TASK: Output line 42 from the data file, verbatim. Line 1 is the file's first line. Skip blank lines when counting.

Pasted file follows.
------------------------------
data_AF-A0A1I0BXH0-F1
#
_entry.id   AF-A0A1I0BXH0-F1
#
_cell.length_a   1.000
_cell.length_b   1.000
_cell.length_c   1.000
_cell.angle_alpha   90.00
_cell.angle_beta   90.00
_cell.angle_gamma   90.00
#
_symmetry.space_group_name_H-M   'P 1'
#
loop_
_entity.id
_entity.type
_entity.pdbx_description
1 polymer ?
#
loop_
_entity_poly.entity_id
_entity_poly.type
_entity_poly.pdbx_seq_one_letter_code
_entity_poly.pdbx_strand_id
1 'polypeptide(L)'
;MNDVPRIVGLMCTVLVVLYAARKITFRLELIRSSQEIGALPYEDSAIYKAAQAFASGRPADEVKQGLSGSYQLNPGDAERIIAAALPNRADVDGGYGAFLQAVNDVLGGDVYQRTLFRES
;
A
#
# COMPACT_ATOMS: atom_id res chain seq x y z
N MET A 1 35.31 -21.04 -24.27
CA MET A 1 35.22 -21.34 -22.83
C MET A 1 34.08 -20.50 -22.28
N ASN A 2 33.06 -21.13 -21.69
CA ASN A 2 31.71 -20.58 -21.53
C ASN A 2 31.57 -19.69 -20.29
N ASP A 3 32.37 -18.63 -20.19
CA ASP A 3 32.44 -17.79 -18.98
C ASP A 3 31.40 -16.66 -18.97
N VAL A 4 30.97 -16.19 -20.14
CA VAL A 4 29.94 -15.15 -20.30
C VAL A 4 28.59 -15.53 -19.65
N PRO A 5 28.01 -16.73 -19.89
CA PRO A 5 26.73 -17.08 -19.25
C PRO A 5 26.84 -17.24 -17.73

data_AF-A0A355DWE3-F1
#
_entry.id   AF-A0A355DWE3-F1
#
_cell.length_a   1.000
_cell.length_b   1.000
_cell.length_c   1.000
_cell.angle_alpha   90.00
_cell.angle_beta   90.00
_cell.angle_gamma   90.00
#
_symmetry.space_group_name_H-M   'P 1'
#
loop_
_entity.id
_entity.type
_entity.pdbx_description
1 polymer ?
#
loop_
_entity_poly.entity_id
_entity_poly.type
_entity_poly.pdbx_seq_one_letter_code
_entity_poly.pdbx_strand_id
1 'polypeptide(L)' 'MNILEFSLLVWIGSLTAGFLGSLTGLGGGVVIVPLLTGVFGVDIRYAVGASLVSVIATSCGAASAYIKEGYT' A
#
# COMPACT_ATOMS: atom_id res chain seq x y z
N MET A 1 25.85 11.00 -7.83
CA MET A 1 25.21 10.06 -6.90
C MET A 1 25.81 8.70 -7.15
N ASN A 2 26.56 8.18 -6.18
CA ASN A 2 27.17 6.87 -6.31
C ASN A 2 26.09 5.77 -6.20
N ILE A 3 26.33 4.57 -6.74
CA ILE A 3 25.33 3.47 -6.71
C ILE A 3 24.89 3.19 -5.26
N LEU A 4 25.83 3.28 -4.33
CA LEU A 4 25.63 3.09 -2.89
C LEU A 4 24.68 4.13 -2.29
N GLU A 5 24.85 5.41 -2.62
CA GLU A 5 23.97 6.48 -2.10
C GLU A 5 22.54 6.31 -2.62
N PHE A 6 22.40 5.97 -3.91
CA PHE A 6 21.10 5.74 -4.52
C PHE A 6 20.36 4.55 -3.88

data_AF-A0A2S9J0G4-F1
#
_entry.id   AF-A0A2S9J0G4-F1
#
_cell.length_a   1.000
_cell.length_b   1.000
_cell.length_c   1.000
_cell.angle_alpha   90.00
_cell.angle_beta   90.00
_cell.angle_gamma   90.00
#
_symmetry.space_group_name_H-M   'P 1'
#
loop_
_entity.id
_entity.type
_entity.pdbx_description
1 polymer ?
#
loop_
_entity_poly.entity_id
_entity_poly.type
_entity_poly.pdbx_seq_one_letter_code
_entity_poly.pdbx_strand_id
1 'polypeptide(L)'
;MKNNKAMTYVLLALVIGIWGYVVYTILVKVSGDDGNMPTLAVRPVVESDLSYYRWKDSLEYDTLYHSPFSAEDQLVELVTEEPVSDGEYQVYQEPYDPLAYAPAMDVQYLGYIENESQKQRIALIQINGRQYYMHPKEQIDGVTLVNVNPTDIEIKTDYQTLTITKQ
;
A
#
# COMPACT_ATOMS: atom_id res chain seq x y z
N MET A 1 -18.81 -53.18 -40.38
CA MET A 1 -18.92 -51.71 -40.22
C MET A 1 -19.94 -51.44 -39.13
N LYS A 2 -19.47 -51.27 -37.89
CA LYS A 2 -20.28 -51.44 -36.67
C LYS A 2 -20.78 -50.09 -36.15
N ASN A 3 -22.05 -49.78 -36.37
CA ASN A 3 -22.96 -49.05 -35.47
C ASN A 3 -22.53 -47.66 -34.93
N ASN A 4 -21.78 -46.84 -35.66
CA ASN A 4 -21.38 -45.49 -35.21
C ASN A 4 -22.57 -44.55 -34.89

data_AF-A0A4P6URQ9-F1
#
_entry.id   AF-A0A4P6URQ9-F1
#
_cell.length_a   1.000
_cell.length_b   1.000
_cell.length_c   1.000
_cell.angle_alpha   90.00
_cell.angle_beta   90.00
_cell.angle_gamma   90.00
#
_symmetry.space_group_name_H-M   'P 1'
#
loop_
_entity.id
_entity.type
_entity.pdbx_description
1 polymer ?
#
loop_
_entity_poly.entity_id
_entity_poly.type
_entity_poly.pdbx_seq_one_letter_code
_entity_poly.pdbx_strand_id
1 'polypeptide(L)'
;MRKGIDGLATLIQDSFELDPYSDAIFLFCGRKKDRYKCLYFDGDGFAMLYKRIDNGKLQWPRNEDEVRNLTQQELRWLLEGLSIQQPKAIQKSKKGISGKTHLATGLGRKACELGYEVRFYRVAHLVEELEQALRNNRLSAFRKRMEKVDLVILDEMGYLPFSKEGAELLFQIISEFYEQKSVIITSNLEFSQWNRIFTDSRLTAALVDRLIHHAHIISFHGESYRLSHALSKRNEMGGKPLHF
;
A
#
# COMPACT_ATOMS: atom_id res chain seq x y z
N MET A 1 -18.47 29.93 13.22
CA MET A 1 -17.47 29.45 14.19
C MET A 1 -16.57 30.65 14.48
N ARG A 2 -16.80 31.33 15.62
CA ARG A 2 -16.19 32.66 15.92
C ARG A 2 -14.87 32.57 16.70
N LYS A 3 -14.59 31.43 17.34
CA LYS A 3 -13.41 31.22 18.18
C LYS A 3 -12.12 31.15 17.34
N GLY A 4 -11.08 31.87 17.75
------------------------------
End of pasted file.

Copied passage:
C VAL A 4 28.59 -15.53 -19.65